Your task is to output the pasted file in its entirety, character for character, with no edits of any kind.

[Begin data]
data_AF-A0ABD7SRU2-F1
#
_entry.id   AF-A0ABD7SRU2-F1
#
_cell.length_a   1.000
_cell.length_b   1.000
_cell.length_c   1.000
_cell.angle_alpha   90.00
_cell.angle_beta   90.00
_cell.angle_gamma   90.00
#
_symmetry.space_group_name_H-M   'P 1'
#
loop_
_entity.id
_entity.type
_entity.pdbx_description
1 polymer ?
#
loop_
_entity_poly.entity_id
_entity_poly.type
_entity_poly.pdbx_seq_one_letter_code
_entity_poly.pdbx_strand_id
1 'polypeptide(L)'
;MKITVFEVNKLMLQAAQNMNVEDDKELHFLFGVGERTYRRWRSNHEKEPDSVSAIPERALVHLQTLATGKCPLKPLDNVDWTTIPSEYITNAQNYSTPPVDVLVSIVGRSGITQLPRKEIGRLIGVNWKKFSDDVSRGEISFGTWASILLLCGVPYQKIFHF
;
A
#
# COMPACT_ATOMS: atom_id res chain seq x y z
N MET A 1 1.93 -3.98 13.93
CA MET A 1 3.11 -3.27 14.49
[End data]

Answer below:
data_AF-A0ABD7SRU2-F1
#
_entry.id   AF-A0ABD7SRU2-F1
#
_cell.length_a   1.000
_cell.length_b   1.000
_cell.length_c   1.000
_cell.angle_alpha   90.00
_cell.angle_beta   90.00
_cell.angle_gamma   90.00
#
_symmetry.space_group_name_H-M   'P 1'
#
loop_
_entity.id
_entity.type
_entity.pdbx_description
1 polymer ?
#
loop_
_entity_poly.entity_id
_entity_poly.type
_entity_poly.pdbx_seq_one_letter_code
_entity_poly.pdbx_strand_id
1 'polypeptide(L)'
;MKITVFEVNKLMLQAAQNMNVEDDKELHFLFGVGERTYRRWRSNHEKEPDSVSAIPERALVHLQTLATGKCPLKPLDNVDWTTIPSEYITNAQNYSTPPVDVLVSIVGRSGITQLPRKEIGRLIGVNWKKFSDDVSRGEISFGTWASILLLCGVPYQKIFHF
;
A
#
# COMPACT_ATOMS: atom_id res chain seq x y z
N MET A 1 1.93 -3.98 13.93
CA MET A 1 3.11 -3.27 14.49